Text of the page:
7 signs you’re a video content marketing underachiever

Video content marketing is about providing viewers with many opportunities to engage with your company through its videos. Here are some signs you may be missing out on some opportunities.

1. You think you just need a video.

Maybe you’re introducing a new product. You want a video that gets people excited, right? But if your glitzy product video leads the viewer to content that is flat and quickly abandoned, you have reduced the ROI of the your centerpiece video. Makes no sense. For video content marketing to work, every video needs to deliver value.

2. You’re not repurposing videos.

I keep banging on about this. Your existing videos almost certainly contain a great deal of good stuff that could be re-purposed to make other good stuff. Maybe it’s the “demo” section of a recorded webinar. Or just the part of the demo where the user clicks through to find the right information. A good way to make an old talking head video new again, is to add graphics.

3. None of your videos measures viewer engagement

The leading producers of branded video (mostly B2C companies) are increasingly relying on engagement metrics, not views or viewing time, to measure performance. It’s easy to add calls-to-action in YouTube and other video sites. It’s easy to add interactive chapter headings to video.

This not only keeps the viewer engaged by offering a choice and something to do, it also generates data you can use to determine what information viewers choose to consume.

4. You’re not producing different kinds of video

Here are eight kinds of video ranked in order of preference by The Content Marketing Association (UK) members. (Their 40-page report is well worth reading.) How many kinds of video are you making?

  1. Customer testimonials
  2. On-demand product demonstration videos
  3. Explainer and tutorial videos
  4. Thought leader interviews
  5. Project reviews and case studies
  6. Live and on-demand webinars
  7. Video blogs
  8. Event videos

Incidentally, I would place explainer videos and tutorial videos in different categories. Tutorials should teach you what you want to know. Explainer videos should make you want to learn more.

5. You’re not demanding enough from your video resources

The research  and editorial skill that goes into scripting a short-form video can easily be applied to scripts for other kinds of video, or even written content, on related subjects. For example, you could ask your video producers to consider add-ons like

  • Does the video feature a process animation? Consider an extended version that could be used in webinars, white papers, and FAQs.
  • Will they be interviewing subject matter experts by phone? Ask about recording the interviews to video (with DSLR or Skype) — then edit these interviews for follow-up videos to beef up your video content on the subject of the short form video.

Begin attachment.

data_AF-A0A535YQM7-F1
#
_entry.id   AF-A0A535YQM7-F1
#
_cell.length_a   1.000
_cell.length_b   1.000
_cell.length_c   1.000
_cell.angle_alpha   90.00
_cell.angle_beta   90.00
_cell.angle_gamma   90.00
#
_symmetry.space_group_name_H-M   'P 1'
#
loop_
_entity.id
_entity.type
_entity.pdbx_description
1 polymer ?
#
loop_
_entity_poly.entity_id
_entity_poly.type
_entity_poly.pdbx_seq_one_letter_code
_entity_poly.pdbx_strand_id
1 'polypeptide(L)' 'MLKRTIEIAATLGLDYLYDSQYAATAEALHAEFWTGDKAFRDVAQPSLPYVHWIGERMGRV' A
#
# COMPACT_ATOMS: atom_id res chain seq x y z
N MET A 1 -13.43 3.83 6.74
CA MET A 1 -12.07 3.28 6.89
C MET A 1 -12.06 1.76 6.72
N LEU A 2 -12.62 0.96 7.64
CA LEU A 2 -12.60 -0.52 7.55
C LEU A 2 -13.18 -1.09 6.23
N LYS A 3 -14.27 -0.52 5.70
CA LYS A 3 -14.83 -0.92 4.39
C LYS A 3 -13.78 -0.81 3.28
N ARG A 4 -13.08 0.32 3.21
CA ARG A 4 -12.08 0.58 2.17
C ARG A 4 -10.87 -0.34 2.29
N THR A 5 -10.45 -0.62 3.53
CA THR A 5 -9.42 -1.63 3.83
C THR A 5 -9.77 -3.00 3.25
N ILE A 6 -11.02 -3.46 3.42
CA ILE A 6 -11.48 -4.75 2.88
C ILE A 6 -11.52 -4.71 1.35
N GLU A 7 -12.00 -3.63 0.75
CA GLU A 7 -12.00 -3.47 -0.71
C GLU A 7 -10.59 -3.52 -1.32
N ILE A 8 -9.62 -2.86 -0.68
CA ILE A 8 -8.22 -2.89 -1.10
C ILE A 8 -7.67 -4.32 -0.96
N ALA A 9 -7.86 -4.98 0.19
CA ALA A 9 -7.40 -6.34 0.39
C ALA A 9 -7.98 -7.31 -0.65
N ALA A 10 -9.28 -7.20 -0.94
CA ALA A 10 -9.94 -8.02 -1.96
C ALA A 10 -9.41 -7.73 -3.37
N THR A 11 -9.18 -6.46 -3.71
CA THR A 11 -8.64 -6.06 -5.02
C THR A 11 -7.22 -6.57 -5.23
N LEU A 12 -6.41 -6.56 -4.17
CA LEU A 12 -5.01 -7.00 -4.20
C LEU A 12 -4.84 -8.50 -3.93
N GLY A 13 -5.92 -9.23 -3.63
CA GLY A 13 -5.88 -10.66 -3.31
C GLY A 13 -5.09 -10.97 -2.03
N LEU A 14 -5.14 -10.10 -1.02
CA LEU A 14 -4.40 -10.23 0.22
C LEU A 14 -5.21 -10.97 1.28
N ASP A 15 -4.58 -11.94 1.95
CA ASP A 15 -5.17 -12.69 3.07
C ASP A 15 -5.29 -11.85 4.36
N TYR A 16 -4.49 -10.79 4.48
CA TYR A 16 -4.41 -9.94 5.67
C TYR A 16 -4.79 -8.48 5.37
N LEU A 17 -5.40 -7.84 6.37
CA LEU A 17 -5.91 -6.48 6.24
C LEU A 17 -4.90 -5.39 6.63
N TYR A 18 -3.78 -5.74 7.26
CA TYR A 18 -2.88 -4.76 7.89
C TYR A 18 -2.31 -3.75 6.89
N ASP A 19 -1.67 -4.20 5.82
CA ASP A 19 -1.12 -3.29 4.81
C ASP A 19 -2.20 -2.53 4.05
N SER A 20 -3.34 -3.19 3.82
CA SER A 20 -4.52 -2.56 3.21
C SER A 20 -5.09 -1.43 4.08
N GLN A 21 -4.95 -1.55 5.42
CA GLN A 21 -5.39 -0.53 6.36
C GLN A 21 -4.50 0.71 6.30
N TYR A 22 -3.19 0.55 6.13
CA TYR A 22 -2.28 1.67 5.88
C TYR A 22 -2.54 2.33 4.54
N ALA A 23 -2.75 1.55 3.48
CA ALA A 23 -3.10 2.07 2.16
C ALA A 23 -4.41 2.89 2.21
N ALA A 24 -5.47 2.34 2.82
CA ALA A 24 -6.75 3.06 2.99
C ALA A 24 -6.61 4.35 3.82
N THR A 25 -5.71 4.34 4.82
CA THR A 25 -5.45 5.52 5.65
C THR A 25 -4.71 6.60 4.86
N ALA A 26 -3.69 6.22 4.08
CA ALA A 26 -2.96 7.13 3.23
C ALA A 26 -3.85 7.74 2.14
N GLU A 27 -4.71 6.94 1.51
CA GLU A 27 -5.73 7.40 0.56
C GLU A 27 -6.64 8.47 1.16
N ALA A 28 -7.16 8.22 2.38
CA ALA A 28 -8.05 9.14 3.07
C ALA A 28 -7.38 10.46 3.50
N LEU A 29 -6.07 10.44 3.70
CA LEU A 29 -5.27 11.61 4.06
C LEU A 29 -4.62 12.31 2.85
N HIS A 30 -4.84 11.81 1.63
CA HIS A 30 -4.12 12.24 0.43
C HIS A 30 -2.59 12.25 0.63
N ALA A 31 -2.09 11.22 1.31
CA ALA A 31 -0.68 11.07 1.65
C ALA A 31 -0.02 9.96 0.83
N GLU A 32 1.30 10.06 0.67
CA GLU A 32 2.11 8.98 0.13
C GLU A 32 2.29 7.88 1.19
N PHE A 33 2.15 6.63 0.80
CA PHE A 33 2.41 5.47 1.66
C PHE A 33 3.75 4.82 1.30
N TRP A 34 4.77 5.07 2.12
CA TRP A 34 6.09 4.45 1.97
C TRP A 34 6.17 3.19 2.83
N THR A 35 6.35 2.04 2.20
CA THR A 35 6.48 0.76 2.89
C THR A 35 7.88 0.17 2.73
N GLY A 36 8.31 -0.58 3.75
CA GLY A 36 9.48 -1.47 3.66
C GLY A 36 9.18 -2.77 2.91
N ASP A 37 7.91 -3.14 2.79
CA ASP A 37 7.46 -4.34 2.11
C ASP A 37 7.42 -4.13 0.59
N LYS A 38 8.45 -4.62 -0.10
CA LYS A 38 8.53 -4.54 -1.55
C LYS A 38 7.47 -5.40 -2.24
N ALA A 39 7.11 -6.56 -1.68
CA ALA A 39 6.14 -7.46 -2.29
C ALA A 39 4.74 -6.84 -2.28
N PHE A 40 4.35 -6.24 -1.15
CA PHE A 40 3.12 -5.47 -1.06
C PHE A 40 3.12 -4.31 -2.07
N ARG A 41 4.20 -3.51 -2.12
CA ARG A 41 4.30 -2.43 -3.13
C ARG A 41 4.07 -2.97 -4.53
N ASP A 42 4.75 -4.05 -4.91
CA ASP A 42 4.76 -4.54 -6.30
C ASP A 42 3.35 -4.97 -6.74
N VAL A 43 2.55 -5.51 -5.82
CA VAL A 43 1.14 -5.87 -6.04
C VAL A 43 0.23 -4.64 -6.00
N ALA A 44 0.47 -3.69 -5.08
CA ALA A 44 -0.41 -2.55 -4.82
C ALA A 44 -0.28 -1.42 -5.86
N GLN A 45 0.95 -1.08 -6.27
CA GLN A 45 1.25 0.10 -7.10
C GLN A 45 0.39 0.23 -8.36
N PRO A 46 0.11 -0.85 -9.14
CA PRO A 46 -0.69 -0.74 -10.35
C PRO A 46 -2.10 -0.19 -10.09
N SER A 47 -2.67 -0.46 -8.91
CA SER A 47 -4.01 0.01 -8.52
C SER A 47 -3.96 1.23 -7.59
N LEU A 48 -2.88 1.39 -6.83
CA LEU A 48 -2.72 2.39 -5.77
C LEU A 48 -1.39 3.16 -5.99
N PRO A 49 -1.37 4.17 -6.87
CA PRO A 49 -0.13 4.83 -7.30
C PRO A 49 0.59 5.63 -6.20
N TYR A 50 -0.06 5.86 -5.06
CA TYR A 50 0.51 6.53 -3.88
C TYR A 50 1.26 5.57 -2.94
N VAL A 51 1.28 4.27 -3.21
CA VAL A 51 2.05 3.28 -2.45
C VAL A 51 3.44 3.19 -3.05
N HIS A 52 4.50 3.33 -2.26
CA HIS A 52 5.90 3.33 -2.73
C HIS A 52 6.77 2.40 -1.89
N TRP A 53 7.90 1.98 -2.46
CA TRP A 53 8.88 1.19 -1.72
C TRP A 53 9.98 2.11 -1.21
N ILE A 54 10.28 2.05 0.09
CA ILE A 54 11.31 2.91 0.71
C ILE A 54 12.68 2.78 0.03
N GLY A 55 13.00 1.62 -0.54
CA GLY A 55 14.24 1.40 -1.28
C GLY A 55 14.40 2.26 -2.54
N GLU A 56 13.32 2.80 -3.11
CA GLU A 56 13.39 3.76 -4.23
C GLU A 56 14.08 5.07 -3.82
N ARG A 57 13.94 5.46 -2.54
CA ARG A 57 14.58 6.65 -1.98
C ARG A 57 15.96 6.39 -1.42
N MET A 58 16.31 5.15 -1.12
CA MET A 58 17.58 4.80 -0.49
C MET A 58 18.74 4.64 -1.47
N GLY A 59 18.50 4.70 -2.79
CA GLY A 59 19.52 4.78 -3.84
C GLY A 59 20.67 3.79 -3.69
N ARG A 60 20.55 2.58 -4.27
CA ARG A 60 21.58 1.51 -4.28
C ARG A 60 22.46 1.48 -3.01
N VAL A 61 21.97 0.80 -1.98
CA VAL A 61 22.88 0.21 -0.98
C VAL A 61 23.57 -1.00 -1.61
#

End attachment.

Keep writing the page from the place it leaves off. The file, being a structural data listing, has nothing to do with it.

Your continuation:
• Edit the short form video into even shorter forms for social media or teasher videos.

6. You’ve never considered the “hero-hub-help” video content marketing framework

It’s a framework for a video content marketing strategy recommended by YouTube (under the less helpful-sounding rubric “Hero-Hub-Hygiene”).

Hero content is the advertising video that packs an emotional wallop, goes viral and attracts large numbers of visitors to your website. This is probably not a realistic goal for most tech company marketing budgets.

Hub content is aimed at the specific interests of your target group — the idea is make your video content people will subscribe to or seek out repeatedly, like a series of videos on some hot topic in your industry.

Help (Hygiene) content is the stuff that brings people to your website via search engine. Examples are tutorials, how-to pieces, tech talk. Since video typically scores very high in search engines, videos produced to support these kinds of communications will work very well.

The idea of the hero-hub-help content framework is that these types of content interact and reinforce each other. The hero content builds up visitor numbers and can add subscribers to your YouTube channel, for example. Hub content focused on target groups keeps good prospects coming back. Help content builds visibility in search engines and attracts new visitors to your hub.

Even if only the bottom two elements of the hero-hub-help framework are relevant to you, it’s worth thinking about in developing a video content marketing strategy.

7. Your don’t have an adequate budget for video content marketing

According to a 2015 Web Video Marketing Council survey, 30% of video content marketing budgets are below $10,000 per year, and only 13% are above $50,000.  Even $50,000 is certainly not extravagant for anyone who needs to keep up a steady flow of relevant, valuable, authentic video content.

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